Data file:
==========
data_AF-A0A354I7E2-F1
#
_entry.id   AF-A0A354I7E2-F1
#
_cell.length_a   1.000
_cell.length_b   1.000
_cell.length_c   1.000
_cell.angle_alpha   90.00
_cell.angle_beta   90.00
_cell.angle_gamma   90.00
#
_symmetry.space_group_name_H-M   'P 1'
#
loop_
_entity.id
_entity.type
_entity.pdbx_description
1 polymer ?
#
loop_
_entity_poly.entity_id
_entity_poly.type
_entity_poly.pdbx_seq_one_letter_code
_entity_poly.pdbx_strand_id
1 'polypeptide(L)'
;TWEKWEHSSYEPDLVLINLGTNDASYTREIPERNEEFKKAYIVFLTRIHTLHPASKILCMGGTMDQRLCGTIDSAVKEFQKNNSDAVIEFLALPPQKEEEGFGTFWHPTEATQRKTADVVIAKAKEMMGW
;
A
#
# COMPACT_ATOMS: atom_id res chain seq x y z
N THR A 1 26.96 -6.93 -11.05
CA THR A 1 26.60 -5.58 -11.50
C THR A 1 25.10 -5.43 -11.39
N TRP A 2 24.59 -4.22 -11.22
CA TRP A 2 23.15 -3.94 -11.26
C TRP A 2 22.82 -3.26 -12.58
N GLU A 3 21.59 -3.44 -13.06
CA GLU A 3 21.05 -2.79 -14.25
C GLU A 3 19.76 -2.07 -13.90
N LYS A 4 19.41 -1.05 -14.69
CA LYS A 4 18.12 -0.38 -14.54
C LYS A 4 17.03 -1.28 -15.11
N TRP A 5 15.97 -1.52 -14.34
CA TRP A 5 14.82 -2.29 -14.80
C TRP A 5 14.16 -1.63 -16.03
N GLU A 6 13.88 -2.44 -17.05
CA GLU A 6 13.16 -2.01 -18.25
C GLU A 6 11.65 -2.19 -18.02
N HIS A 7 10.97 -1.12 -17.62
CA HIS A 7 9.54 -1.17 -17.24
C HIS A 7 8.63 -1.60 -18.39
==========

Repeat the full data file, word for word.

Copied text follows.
data_AF-A0A354I7E2-F1
#
_entry.id   AF-A0A354I7E2-F1
#
_cell.length_a   1.000
_cell.length_b   1.000
_cell.length_c   1.000
_cell.angle_alpha   90.00
_cell.angle_beta   90.00
_cell.angle_gamma   90.00
#
_symmetry.space_group_name_H-M   'P 1'
#
loop_
_entity.id
_entity.type
_entity.pdbx_description
1 polymer ?
#
loop_
_entity_poly.entity_id
_entity_poly.type
_entity_poly.pdbx_seq_one_letter_code
_entity_poly.pdbx_strand_id
1 'polypeptide(L)'
;TWEKWEHSSYEPDLVLINLGTNDASYTREIPERNEEFKKAYIVFLTRIHTLHPASKILCMGGTMDQRLCGTIDSAVKEFQKNNSDAVIEFLALPPQKEEEGFGTFWHPTEATQRKTADVVIAKAKEMMGW
;
A
#
# COMPACT_ATOMS: atom_id res chain seq x y z
N THR A 1 26.96 -6.93 -11.05
CA THR A 1 26.60 -5.58 -11.50
C THR A 1 25.10 -5.43 -11.39
N TRP A 2 24.59 -4.22 -11.22
CA TRP A 2 23.15 -3.94 -11.26
C TRP A 2 22.82 -3.26 -12.58
N GLU A 3 21.59 -3.44 -13.06
CA GLU A 3 21.05 -2.79 -14.25
C GLU A 3 19.76 -2.07 -13.90
N LYS A 4 19.41 -1.05 -14.69
CA LYS A 4 18.12 -0.38 -14.54
C LYS A 4 17.03 -1.28 -15.11
N TRP A 5 15.97 -1.52 -14.34
CA TRP A 5 14.82 -2.29 -14.80
C TRP A 5 14.16 -1.63 -16.03
N GLU A 6 13.88 -2.44 -17.05
CA GLU A 6 13.16 -2.01 -18.25
C GLU A 6 11.65 -2.19 -18.02
N HIS A 7 10.97 -1.12 -17.62
CA HIS A 7 9.54 -1.17 -17.24
C HIS A 7 8.63 -1.60 -18.39